Did you know that it’s been nearly eight years since Gary Neville’s last game for Man United?
The long-serving right-back made his final run out for the club against West Brom in an infamous New Year’s Day clash in 2011, and admittedly struggled with the task of keeping up with Jerome Thomas on the flank.
Neville had only mad sporadic appearances for the side in the preceding months and like many great players, he was fighting – and losing – to stay fit in the twilight years of his career.
A month later he announced his retirement after almost 20 years as a Man United player.
Since then, the club have desperately tried to find a new right-back, with numerous different faces – from Brazilian twin Rafael through to converted winger Antonio Valencia – filling in over the years.
But this season, they might’ve finally found their man with the summer addition of Portuguese teenager Diogo Dalot.
The youngster impressed in his first competitive match for the club against Young Boys in the Champions League, with fans excited by the prospect of having both Dalot and Luke Shaw on either side of defence.
So with the future looking somewhat brighter, let’s take a grim look back at the players who’ve taken the reigns at right-back since Neville’s last stand.
John O’Shea and Wes Brown
When Neville called it a day on his career, United already had two relatively solid and experienced options at right-back already at the club in the form of Brown and O’Shea.
In fact, in the 2007–08 season, Brown had established himself as United’s first-choice right-back during Neville’s lengthy injury lay-off – even starting in the position during the Champions League final that year.
As for O’Shea, when he wasn’t being played as a back-up goalie or as an emergency striker, he adeptly filled in in the position in the absence of Neville and Brown, and even enjoyed a good run of games there during the 2008–09 season.
Along with his twin brother Fabio, Rafael was seen as one of the Premier League’s rising stars when he was signed from Brazilian club Fluminense.
Making his first start for United in 2008, he was slowly given more game-time at right-back over the next few seasons, until his time came during the 2012–13 season – when he was given the much sought-after number 2 shirt following Neville’s retirement.
So what went wrong?
The defender was undoubtedly seen as a first-team regular under Sir Alex Ferguson and David Moyes, but that all changed with the arrival of Louis Van Gaal.
Initially, the Dutchman favoured playing a 3-4-3 formation, meaning he preferred to play with three centre-backs and two wing-backs.
Valencia or Jesse Lingard were often in the attacking positions, and Rafael made just 11 appearances in his final season before joining Lyon in 2015.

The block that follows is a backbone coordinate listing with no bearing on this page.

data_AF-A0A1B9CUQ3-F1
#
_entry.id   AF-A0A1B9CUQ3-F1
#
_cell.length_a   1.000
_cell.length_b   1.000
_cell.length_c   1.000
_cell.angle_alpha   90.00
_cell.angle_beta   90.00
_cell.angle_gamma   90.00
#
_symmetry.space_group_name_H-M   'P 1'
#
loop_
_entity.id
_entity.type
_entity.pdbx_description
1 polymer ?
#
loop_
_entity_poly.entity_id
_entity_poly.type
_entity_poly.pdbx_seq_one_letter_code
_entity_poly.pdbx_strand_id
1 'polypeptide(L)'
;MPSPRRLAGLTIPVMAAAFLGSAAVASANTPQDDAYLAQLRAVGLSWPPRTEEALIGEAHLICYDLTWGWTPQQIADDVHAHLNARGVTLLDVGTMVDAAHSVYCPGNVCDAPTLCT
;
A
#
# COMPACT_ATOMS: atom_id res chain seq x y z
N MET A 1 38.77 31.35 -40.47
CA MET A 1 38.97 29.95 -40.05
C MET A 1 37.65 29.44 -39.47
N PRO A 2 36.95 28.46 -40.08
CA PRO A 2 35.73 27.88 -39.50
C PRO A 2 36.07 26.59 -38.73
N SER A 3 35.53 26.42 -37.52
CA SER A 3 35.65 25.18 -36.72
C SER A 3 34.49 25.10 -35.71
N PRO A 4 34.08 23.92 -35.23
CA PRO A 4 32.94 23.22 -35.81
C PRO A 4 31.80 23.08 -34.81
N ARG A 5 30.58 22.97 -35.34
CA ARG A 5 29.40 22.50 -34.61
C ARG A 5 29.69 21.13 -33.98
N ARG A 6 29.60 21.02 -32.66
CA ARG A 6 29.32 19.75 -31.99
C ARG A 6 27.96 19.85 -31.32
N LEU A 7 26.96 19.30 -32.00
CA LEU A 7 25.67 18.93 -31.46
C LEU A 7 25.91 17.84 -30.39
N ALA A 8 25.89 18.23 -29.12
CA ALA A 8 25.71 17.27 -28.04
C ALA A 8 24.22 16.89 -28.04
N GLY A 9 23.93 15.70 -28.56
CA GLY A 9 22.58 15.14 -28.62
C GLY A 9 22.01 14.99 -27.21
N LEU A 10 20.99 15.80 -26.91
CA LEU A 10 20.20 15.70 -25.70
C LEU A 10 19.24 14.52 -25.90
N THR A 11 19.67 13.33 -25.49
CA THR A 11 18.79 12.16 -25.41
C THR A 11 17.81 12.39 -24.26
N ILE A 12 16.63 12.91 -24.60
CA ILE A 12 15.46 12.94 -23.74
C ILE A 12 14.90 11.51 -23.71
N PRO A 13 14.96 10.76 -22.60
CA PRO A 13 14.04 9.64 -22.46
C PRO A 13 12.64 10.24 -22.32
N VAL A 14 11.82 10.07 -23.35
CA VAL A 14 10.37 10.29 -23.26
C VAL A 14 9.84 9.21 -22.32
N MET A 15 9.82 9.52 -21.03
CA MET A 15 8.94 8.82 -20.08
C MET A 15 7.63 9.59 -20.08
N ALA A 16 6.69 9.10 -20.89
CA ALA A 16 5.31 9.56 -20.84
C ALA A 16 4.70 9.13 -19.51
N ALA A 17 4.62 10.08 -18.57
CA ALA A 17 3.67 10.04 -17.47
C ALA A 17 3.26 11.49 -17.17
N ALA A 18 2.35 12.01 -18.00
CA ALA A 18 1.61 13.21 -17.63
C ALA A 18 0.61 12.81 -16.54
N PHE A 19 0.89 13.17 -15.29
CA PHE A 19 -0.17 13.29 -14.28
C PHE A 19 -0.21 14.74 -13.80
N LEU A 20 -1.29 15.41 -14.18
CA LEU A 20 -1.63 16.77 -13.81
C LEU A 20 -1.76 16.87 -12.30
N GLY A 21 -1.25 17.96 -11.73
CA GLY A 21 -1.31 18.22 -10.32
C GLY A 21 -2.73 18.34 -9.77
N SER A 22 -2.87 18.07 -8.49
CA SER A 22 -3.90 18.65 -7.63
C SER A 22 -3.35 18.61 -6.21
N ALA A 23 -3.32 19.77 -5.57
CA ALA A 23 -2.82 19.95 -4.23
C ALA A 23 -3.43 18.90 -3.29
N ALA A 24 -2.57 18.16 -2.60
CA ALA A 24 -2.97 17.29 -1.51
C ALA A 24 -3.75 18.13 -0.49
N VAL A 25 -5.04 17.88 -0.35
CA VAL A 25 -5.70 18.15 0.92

Chris Smalling and Phil Jones
Here’s two players we’re all still seemingly waiting on.
Both Smalling and Jones were once considered the future at the back for both club and country – and were fairly hyped up by Fergie when he signed them; he even claimed Jones “could be the club’s best ever player.”
But it’s all gone a bit wrong since then, hasn’t it?
Signed in 2010 and 2011 respectively, Fergie put an awful lot of faith in the pair quite early on following the various injuries to Neville, Brown, Ferdinand and Vidic.
Seen as centre-backs initially, they’ve each endured stints at right-back over the years but neither have managed to hold down a regular place in the position.
Jones’ best season at the club was arguably his first, where he played in a mixture of positions ranging from full-back to defensive midfield, while Smalling enjoyed a stellar spell in 2015 under Van Gaal.
But neither are rated too highly these days and aren’t really considered a starting option at full-back.
Having carted off Rafael to Lyon, Van Gaal signed highly rated Darmian in 2015 after he’d featured in the Serie A Team of the Year.
And it all look rather good for the Italian at Old Trafford – at least early on – as he was voted the club’s August 2015 player of the month.
But since then – and especially under the management of Jose Mourinho – he’s found himself often out of favour or used in the left-back position, despite being predominately right-footed.
Over the summer, he looked likely to leave for Juventus but failed to agree a deal with the Turin club.
Slowly but surely, he’s heading for the exit doors.
In sheer desperation, both Van Gaal and Mourinho have been forced to convert these two long-established wingers into full-backs to combat the club’s problems in that area.
Valencia first played as a wing-back under the Dutchman in 2014, and while he’s impressed there at times, it’s fair to say he isn’t the long-term heir the club are looking for in the position.
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